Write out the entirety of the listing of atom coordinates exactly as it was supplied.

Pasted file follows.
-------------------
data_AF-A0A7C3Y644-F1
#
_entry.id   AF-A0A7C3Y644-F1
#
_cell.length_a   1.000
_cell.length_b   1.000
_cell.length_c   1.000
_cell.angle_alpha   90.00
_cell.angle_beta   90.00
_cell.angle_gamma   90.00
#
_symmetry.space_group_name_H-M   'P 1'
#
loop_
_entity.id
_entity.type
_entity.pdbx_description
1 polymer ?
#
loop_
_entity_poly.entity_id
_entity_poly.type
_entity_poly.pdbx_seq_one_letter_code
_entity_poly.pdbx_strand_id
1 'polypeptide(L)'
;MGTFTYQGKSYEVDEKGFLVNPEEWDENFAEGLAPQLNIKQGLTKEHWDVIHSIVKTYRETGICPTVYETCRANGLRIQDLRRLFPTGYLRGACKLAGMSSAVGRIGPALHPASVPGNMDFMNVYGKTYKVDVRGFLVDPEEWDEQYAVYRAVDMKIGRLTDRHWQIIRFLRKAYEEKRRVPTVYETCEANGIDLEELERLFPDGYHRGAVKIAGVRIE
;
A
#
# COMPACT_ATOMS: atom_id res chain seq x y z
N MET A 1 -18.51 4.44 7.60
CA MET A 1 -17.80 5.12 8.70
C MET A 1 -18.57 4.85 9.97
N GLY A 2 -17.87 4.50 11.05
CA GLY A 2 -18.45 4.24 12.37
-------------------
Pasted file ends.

data_AF-A0A7C3Y644-F1
#
_entry.id   AF-A0A7C3Y644-F1
#
_cell.length_a   1.000
_cell.length_b   1.000
_cell.length_c   1.000
_cell.angle_alpha   90.00
_cell.angle_beta   90.00
_cell.angle_gamma   90.00
#
_symmetry.space_group_name_H-M   'P 1'
#
loop_
_entity.id
_entity.type
_entity.pdbx_description
1 polymer ?
#
loop_
_entity_poly.entity_id
_entity_poly.type
_entity_poly.pdbx_seq_one_letter_code
_entity_poly.pdbx_strand_id
1 'polypeptide(L)'
;MGTFTYQGKSYEVDEKGFLVNPEEWDENFAEGLAPQLNIKQGLTKEHWDVIHSIVKTYRETGICPTVYETCRANGLRIQDLRRLFPTGYLRGACKLAGMSSAVGRIGPALHPASVPGNMDFMNVYGKTYKVDVRGFLVDPEEWDEQYAVYRAVDMKIGRLTDRHWQIIRFLRKAYEEKRRVPTVYETCEANGIDLEELERLFPDGYHRGAVKIAGVRIE
;
A
#
# COMPACT_ATOMS: atom_id res chain seq x y z
N MET A 1 -18.51 4.44 7.60
CA MET A 1 -17.80 5.12 8.70
C MET A 1 -18.57 4.85 9.97
N GLY A 2 -17.87 4.50 11.05
CA GLY A 2 -18.45 4.24 12.37